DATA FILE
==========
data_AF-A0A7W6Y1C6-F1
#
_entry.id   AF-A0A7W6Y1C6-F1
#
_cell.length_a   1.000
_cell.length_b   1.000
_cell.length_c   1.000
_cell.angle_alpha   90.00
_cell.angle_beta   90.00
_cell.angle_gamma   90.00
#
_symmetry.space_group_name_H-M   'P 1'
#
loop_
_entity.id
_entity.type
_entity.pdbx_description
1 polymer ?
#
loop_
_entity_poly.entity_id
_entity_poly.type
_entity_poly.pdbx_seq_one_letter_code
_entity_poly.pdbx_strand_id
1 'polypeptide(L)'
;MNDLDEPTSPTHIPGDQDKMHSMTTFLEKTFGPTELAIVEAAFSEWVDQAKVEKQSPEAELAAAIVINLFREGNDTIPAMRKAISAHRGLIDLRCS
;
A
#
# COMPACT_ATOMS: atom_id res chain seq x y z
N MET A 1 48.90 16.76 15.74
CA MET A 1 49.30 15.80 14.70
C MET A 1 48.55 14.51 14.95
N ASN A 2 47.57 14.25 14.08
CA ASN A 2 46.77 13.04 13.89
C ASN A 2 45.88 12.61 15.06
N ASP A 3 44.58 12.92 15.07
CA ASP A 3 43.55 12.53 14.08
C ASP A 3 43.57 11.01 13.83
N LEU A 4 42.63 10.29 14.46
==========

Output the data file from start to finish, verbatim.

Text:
data_AF-A0A7W6Y1C6-F1
#
_entry.id   AF-A0A7W6Y1C6-F1
#
_cell.length_a   1.000
_cell.length_b   1.000
_cell.length_c   1.000
_cell.angle_alpha   90.00
_cell.angle_beta   90.00
_cell.angle_gamma   90.00
#
_symmetry.space_group_name_H-M   'P 1'
#
loop_
_entity.id
_entity.type
_entity.pdbx_description
1 polymer ?
#
loop_
_entity_poly.entity_id
_entity_poly.type
_entity_poly.pdbx_seq_one_letter_code
_entity_poly.pdbx_strand_id
1 'polypeptide(L)'
;MNDLDEPTSPTHIPGDQDKMHSMTTFLEKTFGPTELAIVEAAFSEWVDQAKVEKQSPEAELAAAIVINLFREGNDTIPAMRKAISAHRGLIDLRCS
;
A
#
# COMPACT_ATOMS: atom_id res chain seq x y z
N MET A 1 48.90 16.76 15.74
CA MET A 1 49.30 15.80 14.70
C MET A 1 48.55 14.51 14.95
N ASN A 2 47.57 14.25 14.08
CA ASN A 2 46.77 13.04 13.89
C ASN A 2 45.88 12.61 15.06
N ASP A 3 44.58 12.92 15.07
CA ASP A 3 43.55 12.53 14.08
C ASP A 3 43.57 11.01 13.83
N LEU A 4 42.63 10.29 14.46